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Maria Ressa '86, founder and CEO of Rappler, has been accused of tax fraud. Experts say the charge is politically motivated. Photo courtesy of Wikimedia Commons.

Maria Ressa ’86, the founder and CEO of the online news organization Rappler, is currently at the center of a fight for freedom of the press in the Philippines.

On Nov. 9, the Philippine government announced that it will charge Ressa and Rappler with tax evasion. The government alleges that Rappler failed to declare the $3 million it received from a 2015 investment by the Omidyar Network.

Ressa and other journalists say these accusations are politically motivated and are a direct response to Rappler’s criticism of the Philippine government and President Rodrigo Duterte.

Ressa did not respond to requests for comment from The Daily Princetonian.

Rappler is known for reporting extensively on the Duterte administration’s “war on drugs” and documenting the violence and death toll the crackdown has caused.

In 2012, Rappler published a story in which it cited an intelligence report that linked Wilfredo Keng, the president of a mining firm, to illegal activities such as human trafficking and drug smuggling. After the mining story went to print, a deeper story of retaliation against Rappler began to unfold.

In October 2017, Keng filed a complaint of “cyber libel” with the Philippine National Bureau of Investigation (NBI), which then began to investigate Rappler. In January 2018, the Philippine Securities and Exchange Commission (SEC) revoked Rappler’s license, forcing the company to work from overseas. According to the cybercrime chief of the NBI, the timing of the investigation was coincidental. However, Ressa expressed that it was “puzzling” and “political in nature.” Recent Facebook posts by Duterte’s officials have sought to spread misinformation online, and Rappler has continually tried to dispel these false stories. Several Rappler employees have also received death and rape threats.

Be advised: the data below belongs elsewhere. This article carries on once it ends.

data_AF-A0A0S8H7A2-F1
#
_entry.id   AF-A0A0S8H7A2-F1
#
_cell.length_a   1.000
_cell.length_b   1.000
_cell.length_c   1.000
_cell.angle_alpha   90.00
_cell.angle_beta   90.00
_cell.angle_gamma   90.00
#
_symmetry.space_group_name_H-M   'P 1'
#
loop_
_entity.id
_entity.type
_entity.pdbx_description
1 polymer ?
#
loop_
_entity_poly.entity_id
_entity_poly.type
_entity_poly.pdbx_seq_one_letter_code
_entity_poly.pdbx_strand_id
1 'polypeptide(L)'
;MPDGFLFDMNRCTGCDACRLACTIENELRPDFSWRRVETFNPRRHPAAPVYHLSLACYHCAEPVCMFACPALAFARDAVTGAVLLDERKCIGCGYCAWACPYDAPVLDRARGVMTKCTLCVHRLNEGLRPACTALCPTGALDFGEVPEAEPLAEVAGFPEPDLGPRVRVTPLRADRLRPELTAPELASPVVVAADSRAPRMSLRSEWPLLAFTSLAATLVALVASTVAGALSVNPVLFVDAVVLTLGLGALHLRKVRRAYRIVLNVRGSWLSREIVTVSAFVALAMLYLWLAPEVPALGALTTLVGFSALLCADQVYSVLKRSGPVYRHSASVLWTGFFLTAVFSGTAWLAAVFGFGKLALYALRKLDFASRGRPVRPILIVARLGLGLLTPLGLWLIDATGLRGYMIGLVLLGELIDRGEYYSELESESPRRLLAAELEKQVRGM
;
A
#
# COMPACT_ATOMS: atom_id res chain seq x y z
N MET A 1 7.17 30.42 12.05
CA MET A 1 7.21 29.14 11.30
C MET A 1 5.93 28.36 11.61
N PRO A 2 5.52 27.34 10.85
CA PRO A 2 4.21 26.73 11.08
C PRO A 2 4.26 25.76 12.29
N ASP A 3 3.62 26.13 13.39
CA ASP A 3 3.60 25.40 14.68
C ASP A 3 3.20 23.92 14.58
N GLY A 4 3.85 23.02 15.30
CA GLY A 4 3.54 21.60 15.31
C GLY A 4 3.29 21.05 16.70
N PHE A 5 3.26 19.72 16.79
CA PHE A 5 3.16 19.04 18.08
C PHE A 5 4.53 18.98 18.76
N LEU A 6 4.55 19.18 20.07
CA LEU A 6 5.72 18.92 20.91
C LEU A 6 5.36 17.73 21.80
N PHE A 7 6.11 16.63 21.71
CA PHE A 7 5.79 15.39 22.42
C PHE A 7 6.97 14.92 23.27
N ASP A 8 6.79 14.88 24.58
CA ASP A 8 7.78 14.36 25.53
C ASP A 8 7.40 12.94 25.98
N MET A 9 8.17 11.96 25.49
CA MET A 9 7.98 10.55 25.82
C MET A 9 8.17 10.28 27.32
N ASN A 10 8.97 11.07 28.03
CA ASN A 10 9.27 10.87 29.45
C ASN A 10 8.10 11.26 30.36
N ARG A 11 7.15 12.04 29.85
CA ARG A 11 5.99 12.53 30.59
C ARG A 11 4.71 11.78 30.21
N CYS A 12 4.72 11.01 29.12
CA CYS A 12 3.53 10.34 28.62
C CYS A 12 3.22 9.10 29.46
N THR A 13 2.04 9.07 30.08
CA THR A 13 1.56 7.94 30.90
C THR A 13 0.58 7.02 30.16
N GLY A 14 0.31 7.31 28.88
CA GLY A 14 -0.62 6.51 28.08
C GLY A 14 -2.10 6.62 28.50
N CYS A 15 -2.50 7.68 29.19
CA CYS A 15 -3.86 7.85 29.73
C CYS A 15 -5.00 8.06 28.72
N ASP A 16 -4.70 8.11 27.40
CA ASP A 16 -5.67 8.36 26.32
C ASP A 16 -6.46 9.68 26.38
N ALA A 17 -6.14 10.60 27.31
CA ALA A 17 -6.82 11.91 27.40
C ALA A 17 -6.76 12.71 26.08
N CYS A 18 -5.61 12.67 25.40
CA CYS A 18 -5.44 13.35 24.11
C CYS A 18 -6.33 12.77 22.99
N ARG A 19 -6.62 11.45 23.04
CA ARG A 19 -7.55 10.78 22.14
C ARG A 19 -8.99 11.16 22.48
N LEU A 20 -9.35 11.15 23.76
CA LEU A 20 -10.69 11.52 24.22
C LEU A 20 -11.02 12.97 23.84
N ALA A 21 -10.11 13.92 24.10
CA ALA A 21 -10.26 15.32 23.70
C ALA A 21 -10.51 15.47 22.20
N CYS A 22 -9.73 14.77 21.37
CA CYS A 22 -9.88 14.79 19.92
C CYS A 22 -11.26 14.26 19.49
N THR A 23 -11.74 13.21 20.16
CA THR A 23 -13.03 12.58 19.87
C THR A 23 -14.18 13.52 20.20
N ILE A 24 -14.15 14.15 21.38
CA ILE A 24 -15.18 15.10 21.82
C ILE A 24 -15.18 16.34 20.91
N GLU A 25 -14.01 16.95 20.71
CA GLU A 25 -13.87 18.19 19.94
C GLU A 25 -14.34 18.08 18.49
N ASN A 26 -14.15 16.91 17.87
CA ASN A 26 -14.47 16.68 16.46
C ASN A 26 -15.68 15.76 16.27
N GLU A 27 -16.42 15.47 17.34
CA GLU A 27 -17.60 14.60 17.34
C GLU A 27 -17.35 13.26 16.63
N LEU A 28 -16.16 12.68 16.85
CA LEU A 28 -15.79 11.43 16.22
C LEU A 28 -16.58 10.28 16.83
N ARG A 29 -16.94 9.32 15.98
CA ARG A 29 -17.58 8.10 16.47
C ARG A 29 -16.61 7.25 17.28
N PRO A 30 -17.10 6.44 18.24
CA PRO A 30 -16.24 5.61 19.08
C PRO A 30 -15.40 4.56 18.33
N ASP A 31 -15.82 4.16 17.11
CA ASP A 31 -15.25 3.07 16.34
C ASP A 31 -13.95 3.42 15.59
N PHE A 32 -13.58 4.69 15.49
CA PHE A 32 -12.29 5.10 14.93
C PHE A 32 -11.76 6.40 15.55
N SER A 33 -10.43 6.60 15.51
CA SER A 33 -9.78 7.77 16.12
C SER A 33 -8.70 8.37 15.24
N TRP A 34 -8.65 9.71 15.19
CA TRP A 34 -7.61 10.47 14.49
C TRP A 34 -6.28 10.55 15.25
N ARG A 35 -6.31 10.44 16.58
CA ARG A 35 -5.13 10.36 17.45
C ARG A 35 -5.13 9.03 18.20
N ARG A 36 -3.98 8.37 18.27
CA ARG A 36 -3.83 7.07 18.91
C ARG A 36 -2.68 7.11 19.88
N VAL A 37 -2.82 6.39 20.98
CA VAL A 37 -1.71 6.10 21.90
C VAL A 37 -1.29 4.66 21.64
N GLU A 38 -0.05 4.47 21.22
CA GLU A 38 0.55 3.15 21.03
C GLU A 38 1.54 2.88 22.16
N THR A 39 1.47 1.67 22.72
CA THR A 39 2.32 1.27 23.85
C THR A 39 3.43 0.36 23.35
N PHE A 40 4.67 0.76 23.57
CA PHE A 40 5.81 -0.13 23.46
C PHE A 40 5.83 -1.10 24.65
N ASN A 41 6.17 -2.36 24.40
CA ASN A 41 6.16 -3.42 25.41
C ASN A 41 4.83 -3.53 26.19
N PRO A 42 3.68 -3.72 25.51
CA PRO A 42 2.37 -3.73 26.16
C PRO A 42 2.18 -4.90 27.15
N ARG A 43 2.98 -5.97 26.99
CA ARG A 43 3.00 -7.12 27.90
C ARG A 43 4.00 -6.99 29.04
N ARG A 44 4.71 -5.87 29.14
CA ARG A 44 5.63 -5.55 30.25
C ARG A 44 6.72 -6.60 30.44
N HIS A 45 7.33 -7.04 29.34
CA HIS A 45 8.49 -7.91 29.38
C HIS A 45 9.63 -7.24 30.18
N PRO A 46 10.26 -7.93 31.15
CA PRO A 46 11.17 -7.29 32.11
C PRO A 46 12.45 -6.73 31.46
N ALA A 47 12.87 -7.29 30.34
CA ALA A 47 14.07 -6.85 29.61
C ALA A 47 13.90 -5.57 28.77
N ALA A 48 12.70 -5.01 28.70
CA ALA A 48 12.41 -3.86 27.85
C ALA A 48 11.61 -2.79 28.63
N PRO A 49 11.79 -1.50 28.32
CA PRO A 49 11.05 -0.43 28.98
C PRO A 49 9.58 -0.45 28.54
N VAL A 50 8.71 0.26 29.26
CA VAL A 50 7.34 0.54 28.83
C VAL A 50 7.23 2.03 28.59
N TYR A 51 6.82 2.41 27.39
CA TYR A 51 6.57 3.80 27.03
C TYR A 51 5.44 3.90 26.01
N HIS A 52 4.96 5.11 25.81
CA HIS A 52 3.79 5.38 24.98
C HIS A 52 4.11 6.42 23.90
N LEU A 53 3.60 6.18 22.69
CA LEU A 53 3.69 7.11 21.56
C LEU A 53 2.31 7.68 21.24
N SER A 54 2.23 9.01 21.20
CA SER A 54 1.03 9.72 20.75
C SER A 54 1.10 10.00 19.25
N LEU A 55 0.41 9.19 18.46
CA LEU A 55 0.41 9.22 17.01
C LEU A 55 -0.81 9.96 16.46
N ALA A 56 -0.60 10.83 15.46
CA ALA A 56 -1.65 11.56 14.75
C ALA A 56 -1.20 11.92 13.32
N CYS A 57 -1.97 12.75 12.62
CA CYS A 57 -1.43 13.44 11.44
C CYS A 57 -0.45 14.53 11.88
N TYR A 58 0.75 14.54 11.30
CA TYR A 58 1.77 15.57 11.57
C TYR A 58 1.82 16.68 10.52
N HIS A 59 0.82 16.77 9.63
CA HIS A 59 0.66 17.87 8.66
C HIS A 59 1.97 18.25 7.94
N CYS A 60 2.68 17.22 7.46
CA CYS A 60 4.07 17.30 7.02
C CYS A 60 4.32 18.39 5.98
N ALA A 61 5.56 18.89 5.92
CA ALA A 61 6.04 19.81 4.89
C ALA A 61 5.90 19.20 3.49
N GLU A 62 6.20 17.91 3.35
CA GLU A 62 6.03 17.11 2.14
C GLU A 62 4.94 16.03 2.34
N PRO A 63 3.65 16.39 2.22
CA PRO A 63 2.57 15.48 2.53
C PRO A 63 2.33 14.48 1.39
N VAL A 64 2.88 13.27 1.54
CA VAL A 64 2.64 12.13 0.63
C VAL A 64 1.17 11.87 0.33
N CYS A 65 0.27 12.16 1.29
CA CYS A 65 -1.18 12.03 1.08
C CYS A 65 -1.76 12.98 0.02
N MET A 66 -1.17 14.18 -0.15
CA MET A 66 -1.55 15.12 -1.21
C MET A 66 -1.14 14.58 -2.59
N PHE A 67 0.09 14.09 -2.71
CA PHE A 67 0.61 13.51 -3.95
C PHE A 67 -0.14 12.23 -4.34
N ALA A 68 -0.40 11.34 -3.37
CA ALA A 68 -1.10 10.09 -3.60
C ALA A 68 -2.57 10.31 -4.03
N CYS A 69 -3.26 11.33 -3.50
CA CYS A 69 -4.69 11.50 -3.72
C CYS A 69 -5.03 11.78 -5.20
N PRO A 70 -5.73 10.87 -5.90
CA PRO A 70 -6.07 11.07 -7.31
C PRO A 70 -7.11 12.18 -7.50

According to Ressa, this kind of intimidation is not new nor unique in the Philippines. CNN reported that Ressa said the “seeding of lies on social media” was resulting in “authoritarian-style leaders using their power to push back against our old gate-keeping powers.”

On Feb. 20, Ressa and Rappler reporter Pia Ranada were informed that they would not be allowed to enter Malacañang Palace, which is the official residence of the Philippine president. Duterte later defended his rationale behind the order by saying that Rappler “takes every chance to undermine” his government and suggesting that Rappler may be supported by the U.S. Central Intelligence Agency.

On Feb. 21, Duterte ordered that Rappler be banned from his events, justifying the command with the Philippine SEC’s revocation of Rappler’s license, even though that decision was not yet final nor executory at the time.

“This is really transforming our democracy and yet another blow,” Ressa told The New York Times. “It is meant for maximum impact of intimidation.”

When talking to CNN, she mentioned President Donald Trump and said that he and Duterte were reading from “the same playbook,” noting that both leaders have employed the term “fake news” against journalists.

However, Ressa said she remains firm in her belief that Rappler’s mission is just and that it should continue to report without inhibition. 

“The mission of journalism has never been needed as much as it is now, and we'll continue doing these stories,” she told CNN.

“It’s pretty common for strongmen regimes to go after press organizations on tax charges,” said William Englund, a Washington Post editor and former Moscow correspondent who is currently teaching JRN 441: Covering Hostile Governments at the University.

Englund noted that he and his colleagues frequently saw similar incidents happen during his time in Russia.

“It’s very disappointing to see it in the Philippines, which has good laws protecting freedom of the press, and clearly, this would seem to be an end run around those laws,” he said.

Though noting he was generally pessimistic about Rappler’s fate, Englund did note the possibility of a positive outcome for the media organization.

“The Philippines has a longer history of free and rambunctious press. That counts for something,” he said. “There are laws that defend the freedom of the press. I think that it is perfectly conceivable that Rappler can go to court and win in the end, coming out even stronger.” 

After the announcement of the indictment, Ressa said that the non-declared financial gains in question were “neither intentional nor willful” in a defense that was dismissed by the Philippine Department of Justice (DOJ). Now, the indictment is subject to a Motion for Reconsideration. The DOJ is expected to file the charges soon, and Ressa has said that “an arrest warrant” will be next.

Ressa graduated from the University in 1986 with an A.B. in English. She then returned to her native Philippines to study Southeast Asian Studies under a Fulbright Scholarship.

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